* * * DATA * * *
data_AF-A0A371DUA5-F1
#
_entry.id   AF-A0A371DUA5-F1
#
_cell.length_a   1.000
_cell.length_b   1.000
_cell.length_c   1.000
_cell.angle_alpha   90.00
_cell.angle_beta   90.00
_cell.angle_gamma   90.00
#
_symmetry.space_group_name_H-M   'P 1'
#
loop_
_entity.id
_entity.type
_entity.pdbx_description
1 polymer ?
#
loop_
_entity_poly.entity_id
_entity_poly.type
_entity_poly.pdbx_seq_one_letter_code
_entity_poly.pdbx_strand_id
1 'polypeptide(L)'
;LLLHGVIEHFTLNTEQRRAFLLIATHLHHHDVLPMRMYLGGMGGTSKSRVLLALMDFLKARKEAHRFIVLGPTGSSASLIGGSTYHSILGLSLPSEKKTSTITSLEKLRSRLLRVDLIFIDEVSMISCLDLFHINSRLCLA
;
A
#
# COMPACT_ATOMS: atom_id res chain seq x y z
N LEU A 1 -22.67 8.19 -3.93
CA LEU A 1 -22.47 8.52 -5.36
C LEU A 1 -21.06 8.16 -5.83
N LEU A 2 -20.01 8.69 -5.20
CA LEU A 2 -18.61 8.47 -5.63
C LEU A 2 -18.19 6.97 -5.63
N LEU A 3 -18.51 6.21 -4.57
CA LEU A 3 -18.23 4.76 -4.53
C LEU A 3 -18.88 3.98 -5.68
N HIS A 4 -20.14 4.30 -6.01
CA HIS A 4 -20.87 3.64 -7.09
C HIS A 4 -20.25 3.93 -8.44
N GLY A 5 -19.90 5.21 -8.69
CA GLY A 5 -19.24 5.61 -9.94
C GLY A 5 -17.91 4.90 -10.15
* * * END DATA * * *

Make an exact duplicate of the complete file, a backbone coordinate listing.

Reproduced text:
data_AF-A0A371DUA5-F1
#
_entry.id   AF-A0A371DUA5-F1
#
_cell.length_a   1.000
_cell.length_b   1.000
_cell.length_c   1.000
_cell.angle_alpha   90.00
_cell.angle_beta   90.00
_cell.angle_gamma   90.00
#
_symmetry.space_group_name_H-M   'P 1'
#
loop_
_entity.id
_entity.type
_entity.pdbx_description
1 polymer ?
#
loop_
_entity_poly.entity_id
_entity_poly.type
_entity_poly.pdbx_seq_one_letter_code
_entity_poly.pdbx_strand_id
1 'polypeptide(L)'
;LLLHGVIEHFTLNTEQRRAFLLIATHLHHHDVLPMRMYLGGMGGTSKSRVLLALMDFLKARKEAHRFIVLGPTGSSASLIGGSTYHSILGLSLPSEKKTSTITSLEKLRSRLLRVDLIFIDEVSMISCLDLFHINSRLCLA
;
A
#
# COMPACT_ATOMS: atom_id res chain seq x y z
N LEU A 1 -22.67 8.19 -3.93
CA LEU A 1 -22.47 8.52 -5.36
C LEU A 1 -21.06 8.16 -5.83
N LEU A 2 -20.01 8.69 -5.20
CA LEU A 2 -18.61 8.47 -5.63
C LEU A 2 -18.19 6.97 -5.63
N LEU A 3 -18.51 6.21 -4.57
CA LEU A 3 -18.23 4.76 -4.53
C LEU A 3 -18.88 3.98 -5.68
N HIS A 4 -20.14 4.30 -6.01
CA HIS A 4 -20.87 3.64 -7.09
C HIS A 4 -20.25 3.93 -8.44
N GLY A 5 -19.90 5.21 -8.69
CA GLY A 5 -19.24 5.61 -9.94
C GLY A 5 -17.91 4.90 -10.15